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Tuesday, March 8, 2011

The Jabberwocky by Lewis Carroll


I was asked what my favorite poem was and I can answer without any pause that it's the Jabberwocky by Lewis Caroll. It was originally in Through the Looking-Glass and What Alice Found There. I have no idea why I've loved this poem so much; it could be the use of made up verbs and adjectives. The pretty stellar thing about the language though is even though they're made up you still know exactly what the words mean. I love it. It's inventive and fun and actually has a pretty cool "hero's journey" meaning behind it just like any book usually has. To this day I have this same poem and picture hanging on my wall. It's there for me to see when I get up in the morning and go to bed at night or even sometimes when I need a pick me up. :)
Sincerely,
Miss Nae

`Twas brillig, and the slithy toves
Did gyre and gimble in the wabe:
All mimsy were the borogoves,
And the mome raths outgrabe.


"Beware the Jabberwock, my son!
The jaws that bite, the claws that catch!
Beware the Jubjub bird, and shun
The frumious Bandersnatch!"

He took his vorpal sword in hand:
Long time the manxome foe he sought --
So rested he by the Tumtum tree,
And stood awhile in thought.

And, as in uffish thought he stood,
The Jabberwock, with eyes of flame,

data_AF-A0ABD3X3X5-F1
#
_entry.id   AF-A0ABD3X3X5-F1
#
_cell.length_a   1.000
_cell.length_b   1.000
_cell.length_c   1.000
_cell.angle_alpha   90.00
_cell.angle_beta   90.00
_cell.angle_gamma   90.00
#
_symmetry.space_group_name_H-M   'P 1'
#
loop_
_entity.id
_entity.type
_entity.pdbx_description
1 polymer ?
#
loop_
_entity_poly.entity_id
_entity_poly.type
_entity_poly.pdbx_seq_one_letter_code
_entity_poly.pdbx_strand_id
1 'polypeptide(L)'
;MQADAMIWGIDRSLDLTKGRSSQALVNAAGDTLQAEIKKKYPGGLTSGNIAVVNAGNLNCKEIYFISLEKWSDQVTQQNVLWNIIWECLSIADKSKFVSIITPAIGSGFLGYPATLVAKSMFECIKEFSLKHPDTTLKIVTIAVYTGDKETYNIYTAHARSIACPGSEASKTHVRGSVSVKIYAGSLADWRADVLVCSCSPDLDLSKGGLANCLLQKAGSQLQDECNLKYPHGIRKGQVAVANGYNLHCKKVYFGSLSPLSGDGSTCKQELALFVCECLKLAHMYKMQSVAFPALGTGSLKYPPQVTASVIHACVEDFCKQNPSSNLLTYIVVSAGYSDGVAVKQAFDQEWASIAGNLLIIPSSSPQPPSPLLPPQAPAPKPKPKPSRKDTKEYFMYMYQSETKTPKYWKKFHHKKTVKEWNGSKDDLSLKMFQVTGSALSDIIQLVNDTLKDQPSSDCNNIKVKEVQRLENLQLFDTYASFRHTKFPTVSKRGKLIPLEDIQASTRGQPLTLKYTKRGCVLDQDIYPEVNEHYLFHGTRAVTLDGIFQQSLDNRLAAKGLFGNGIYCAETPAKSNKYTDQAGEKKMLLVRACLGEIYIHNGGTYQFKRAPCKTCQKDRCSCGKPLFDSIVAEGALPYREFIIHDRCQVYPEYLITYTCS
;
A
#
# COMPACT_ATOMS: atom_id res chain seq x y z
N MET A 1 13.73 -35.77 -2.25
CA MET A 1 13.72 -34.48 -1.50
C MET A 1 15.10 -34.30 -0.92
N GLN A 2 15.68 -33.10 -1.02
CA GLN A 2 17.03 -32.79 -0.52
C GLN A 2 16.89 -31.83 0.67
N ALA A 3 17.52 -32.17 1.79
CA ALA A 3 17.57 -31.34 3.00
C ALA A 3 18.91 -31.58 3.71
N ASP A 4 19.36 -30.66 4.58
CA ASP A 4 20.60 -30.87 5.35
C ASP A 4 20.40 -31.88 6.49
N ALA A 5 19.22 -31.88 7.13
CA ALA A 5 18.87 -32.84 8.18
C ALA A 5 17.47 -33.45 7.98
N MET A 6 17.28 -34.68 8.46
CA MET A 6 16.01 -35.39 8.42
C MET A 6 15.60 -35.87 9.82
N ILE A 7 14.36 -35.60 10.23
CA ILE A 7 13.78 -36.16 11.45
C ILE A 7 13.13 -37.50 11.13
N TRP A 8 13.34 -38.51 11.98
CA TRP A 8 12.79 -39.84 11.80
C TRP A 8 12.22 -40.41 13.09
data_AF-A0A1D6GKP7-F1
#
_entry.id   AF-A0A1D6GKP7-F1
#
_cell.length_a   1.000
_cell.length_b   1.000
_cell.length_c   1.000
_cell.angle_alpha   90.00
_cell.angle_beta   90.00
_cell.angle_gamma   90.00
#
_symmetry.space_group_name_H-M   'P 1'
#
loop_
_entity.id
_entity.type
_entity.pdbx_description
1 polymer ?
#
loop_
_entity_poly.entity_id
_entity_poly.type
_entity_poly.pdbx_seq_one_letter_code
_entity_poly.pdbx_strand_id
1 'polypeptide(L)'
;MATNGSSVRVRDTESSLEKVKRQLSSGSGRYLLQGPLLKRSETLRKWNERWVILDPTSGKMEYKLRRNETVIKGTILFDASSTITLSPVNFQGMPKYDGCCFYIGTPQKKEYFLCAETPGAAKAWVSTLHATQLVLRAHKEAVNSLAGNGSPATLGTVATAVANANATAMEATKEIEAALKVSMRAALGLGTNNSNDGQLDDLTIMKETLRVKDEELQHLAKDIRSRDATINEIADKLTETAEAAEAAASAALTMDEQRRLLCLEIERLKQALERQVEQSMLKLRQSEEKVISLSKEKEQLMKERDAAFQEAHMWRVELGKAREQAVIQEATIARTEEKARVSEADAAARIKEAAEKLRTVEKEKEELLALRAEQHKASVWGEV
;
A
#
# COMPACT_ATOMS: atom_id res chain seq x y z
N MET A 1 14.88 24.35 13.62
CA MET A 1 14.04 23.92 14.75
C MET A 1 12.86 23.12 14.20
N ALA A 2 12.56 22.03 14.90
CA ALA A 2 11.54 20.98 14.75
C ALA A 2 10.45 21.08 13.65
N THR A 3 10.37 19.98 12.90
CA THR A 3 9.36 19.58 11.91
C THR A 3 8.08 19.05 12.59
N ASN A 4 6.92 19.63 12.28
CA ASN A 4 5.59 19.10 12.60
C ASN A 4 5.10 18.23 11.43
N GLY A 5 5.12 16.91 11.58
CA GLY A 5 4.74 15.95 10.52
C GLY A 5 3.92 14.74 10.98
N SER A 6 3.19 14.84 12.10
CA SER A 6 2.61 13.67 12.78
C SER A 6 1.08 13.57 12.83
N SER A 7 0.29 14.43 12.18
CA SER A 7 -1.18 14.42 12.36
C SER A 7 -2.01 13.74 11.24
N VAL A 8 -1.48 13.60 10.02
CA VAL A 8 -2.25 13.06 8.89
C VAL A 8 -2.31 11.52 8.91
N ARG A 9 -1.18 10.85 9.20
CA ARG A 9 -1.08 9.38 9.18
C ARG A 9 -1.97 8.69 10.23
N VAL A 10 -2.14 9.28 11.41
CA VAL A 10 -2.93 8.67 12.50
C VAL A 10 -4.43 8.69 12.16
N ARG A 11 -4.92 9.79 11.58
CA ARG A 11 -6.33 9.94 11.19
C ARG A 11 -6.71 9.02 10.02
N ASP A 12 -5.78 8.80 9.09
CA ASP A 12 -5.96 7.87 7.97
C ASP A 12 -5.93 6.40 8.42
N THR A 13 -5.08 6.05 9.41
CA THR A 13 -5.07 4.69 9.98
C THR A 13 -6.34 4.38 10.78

Came whiffling through the tulgey wood,
And burbled as it came!

One, two! One, two! And through and through
The vorpal blade went snicker-snack!
He left it dead, and with its head
He went galumphing back.

"And, has thou slain the Jabberwock?
Come to my arms, my beamish boy!
O frabjous day! Callooh! Callay!'
He chortled in his joy.

`Twas brillig, and the slithy toves
Did gyre and gimble in the wabe;
All mimsy were the borogoves,
And the mome raths outgrabe.

1 comment:

  1. It's hard for me to conceive having a single favorite poem - poets are a bit easier, but not by much.

    I will say, though, that I want the last five lines of Ulysses by Alfred Lord Tennyson to be read at a keg party when I die:

    We are not now that strength which in old days
    Moved earth and heaven;that which we are, we are;
    One equal temper of heroic hearts,
    Made weak by time and fate, but strong in will
    To strive, to seek, to find, and not to yield.

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